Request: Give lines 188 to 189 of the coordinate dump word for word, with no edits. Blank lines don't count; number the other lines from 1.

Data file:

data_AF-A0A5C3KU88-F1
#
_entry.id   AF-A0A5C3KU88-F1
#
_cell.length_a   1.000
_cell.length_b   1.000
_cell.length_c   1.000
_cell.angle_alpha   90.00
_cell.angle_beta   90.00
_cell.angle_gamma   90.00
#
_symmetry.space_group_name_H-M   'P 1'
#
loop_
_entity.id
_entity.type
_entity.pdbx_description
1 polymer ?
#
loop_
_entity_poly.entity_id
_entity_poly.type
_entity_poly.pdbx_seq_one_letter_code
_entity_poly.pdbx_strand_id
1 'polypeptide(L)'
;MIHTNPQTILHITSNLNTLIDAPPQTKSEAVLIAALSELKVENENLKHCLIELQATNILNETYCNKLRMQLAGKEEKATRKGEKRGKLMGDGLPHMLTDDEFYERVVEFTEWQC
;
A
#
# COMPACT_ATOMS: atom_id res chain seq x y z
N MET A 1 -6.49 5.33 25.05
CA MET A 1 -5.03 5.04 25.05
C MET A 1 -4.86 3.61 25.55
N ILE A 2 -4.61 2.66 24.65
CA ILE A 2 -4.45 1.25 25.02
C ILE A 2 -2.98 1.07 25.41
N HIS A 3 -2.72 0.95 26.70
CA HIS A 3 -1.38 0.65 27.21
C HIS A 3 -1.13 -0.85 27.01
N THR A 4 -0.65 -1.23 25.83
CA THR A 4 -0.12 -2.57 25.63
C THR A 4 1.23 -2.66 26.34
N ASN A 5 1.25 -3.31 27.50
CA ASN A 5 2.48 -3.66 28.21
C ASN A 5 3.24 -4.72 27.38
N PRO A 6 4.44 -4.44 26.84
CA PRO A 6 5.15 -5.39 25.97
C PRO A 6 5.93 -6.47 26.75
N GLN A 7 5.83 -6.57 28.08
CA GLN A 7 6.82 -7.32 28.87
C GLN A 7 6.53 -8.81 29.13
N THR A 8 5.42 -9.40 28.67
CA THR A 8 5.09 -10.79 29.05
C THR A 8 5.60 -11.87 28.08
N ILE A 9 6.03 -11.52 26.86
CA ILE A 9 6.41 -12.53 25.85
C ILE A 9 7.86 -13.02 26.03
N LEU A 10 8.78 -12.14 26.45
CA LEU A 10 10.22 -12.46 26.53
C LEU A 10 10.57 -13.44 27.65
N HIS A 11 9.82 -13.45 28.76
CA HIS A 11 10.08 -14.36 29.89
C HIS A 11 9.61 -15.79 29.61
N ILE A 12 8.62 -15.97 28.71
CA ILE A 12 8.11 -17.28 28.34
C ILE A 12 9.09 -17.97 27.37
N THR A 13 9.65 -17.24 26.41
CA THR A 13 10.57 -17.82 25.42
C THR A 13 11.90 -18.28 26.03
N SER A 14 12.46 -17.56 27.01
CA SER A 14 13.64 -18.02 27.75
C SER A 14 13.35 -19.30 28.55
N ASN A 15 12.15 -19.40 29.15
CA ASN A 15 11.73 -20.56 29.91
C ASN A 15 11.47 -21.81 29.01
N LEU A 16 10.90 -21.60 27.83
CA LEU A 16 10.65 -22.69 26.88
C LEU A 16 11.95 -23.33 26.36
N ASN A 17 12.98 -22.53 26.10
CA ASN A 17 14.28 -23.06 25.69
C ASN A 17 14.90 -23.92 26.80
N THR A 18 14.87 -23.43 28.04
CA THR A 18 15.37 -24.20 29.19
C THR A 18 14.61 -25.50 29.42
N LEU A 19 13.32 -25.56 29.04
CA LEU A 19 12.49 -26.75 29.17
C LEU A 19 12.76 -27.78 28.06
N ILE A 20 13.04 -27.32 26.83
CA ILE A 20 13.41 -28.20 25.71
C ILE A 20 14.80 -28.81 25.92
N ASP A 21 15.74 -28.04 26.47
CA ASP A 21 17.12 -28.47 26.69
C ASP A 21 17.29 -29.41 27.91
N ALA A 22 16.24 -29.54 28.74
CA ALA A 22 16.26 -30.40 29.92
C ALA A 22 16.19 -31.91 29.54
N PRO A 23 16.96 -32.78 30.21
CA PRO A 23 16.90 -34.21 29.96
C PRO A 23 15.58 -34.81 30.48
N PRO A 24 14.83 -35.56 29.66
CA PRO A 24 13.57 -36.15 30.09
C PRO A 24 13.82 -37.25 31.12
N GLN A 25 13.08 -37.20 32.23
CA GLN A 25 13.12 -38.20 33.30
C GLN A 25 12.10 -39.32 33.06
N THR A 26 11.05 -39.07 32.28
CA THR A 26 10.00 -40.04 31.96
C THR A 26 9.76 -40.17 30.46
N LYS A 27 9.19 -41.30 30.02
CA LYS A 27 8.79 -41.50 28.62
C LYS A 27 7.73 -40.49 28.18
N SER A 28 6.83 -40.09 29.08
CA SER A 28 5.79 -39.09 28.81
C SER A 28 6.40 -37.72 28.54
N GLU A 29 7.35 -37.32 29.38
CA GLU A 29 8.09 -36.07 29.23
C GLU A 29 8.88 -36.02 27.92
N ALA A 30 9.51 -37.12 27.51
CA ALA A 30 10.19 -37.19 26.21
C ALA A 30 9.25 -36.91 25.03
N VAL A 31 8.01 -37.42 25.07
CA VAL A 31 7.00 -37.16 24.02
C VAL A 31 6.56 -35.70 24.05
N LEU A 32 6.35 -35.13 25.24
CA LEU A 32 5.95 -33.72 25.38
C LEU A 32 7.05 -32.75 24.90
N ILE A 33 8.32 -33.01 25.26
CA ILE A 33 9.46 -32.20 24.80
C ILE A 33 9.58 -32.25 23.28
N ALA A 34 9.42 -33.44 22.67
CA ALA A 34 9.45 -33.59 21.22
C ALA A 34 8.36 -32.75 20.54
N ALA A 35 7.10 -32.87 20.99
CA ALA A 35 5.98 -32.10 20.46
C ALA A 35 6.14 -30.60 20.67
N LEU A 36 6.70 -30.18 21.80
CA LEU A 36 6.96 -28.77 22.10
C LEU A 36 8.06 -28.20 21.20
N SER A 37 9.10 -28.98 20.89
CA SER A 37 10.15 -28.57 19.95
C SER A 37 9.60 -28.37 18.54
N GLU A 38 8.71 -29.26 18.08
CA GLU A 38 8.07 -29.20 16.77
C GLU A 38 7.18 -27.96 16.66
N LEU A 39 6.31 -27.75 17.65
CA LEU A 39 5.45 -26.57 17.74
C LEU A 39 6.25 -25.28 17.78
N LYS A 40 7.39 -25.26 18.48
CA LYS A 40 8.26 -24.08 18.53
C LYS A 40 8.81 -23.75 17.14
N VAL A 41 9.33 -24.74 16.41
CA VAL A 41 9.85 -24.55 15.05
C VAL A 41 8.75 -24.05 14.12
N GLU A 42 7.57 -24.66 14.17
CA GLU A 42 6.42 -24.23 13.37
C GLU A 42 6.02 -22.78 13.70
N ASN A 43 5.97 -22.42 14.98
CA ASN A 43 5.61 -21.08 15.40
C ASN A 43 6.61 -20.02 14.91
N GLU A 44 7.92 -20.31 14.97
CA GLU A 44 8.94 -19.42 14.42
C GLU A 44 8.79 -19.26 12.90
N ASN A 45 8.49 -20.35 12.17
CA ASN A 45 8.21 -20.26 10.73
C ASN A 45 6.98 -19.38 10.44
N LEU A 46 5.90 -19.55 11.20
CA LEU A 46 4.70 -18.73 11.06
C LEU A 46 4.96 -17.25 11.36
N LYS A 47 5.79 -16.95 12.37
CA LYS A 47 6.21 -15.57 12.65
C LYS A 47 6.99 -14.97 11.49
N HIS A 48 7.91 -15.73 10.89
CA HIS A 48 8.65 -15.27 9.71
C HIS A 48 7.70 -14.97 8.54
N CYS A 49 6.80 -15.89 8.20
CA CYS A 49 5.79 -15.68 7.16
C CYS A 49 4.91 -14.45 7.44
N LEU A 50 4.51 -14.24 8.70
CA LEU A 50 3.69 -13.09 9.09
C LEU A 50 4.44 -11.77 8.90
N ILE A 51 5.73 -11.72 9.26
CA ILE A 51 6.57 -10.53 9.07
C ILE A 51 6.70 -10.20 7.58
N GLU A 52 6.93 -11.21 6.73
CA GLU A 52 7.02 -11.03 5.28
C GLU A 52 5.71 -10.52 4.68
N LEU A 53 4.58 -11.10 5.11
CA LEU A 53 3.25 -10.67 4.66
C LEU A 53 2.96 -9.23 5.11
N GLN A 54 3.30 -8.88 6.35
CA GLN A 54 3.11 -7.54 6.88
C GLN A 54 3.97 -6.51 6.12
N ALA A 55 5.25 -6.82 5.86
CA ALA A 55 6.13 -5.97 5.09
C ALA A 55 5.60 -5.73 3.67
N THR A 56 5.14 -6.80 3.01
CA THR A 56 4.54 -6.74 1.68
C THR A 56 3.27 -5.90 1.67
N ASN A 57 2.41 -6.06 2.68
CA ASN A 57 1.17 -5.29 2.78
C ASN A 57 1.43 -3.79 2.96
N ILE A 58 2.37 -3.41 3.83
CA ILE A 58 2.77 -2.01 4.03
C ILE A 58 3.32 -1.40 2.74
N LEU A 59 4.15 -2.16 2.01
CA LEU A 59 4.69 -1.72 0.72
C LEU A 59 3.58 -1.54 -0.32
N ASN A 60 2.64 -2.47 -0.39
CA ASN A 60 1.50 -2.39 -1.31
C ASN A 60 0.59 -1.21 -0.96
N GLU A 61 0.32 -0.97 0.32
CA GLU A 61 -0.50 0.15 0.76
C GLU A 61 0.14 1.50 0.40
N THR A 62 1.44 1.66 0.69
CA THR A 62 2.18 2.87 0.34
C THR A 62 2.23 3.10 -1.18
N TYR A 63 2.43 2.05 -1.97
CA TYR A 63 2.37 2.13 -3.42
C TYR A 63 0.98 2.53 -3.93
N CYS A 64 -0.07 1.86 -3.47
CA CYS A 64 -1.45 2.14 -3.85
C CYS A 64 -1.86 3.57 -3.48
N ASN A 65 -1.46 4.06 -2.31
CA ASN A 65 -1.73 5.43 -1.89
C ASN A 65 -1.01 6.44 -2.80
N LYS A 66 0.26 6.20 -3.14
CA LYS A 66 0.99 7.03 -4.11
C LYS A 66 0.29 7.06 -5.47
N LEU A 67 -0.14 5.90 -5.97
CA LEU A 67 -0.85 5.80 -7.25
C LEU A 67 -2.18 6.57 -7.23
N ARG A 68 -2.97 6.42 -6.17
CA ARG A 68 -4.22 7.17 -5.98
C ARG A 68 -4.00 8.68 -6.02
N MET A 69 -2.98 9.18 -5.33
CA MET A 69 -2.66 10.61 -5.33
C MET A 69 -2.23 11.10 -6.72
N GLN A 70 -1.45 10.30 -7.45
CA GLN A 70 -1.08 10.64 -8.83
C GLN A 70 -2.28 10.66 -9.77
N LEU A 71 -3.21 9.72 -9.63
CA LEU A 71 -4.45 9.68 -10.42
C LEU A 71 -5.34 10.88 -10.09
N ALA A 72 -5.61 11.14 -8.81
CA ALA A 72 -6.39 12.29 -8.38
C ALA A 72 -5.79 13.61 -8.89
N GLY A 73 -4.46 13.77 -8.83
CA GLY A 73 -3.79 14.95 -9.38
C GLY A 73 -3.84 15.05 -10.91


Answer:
CA LEU A 53 3.25 -10.67 4.66
C LEU A 53 2.96 -9.23 5.11